Technology Needs

The twin goals of the Technology Department are: (1) to provide and support technology that supports teaching and learning in schools, and (2) to support systems that make schools operate in a more efficient manner. Digital skills are now a necessity for students at all levels, and providing each student with the opportunity to master these skills is a given in a 21st century school. From an equity lens, ensuring that these skills are taught during the school day ensures all our students are equipped to access the curriculum.

Schools that are leading the way in the use of Chromebooks are planning to move from two students per device this year in grades 3-5 to 1:1 next year. In order to also move to a 1:1 ratio of Chromebooks to students in upper elementary and secondary, a likely model for the district, like many other area districts, will require thought and planning. A workgroup led by Becca Todd and Allison Krasnow is working with upper elementary teachers to align technology resources with the grade level curricula. As part of the Common Core one-time expenses, professional development will be provided in instructional technology.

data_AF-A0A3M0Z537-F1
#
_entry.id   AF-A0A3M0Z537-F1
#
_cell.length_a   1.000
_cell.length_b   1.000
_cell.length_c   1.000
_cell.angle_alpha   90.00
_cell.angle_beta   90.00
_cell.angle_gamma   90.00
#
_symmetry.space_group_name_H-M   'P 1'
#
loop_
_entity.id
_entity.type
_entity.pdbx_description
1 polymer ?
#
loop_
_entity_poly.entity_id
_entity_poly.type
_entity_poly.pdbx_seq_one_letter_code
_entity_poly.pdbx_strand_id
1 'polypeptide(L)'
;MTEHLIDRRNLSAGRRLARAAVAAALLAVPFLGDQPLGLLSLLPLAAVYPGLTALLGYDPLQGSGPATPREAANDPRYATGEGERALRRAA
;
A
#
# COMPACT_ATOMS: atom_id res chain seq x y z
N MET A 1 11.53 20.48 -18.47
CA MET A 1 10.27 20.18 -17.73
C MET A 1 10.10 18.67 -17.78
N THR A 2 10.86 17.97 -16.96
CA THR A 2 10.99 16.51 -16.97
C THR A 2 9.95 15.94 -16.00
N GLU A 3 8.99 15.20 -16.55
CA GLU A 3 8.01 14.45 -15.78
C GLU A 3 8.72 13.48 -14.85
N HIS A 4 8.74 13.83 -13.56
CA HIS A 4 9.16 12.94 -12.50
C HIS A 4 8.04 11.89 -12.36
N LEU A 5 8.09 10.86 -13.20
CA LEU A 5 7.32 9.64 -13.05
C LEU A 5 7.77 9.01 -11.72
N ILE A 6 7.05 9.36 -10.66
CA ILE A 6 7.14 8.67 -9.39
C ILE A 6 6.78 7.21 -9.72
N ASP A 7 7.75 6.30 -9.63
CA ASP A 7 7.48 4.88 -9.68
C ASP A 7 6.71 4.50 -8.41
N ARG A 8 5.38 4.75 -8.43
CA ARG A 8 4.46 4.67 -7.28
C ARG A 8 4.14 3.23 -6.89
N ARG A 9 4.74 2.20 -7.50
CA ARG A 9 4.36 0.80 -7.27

Listed are some of the large projects that are in process and will require additional resources.

  • Infrastructure build-out to support all students using digital devices. Wifi access points with of the capacity to serve Chromebook as well as other devices are underway. Network switches capable of multiple gigabit connection speeds are being implemented.
  • Replace the phone system. BUSD's phone system (with the exception of the district office) is old and outmoded. Replacement parts are difficult and in some cases impossible to replace. The phone system will need replacing at all schools. Planning has begun to initiate a district-wide replacement project beginning in summer of 2016.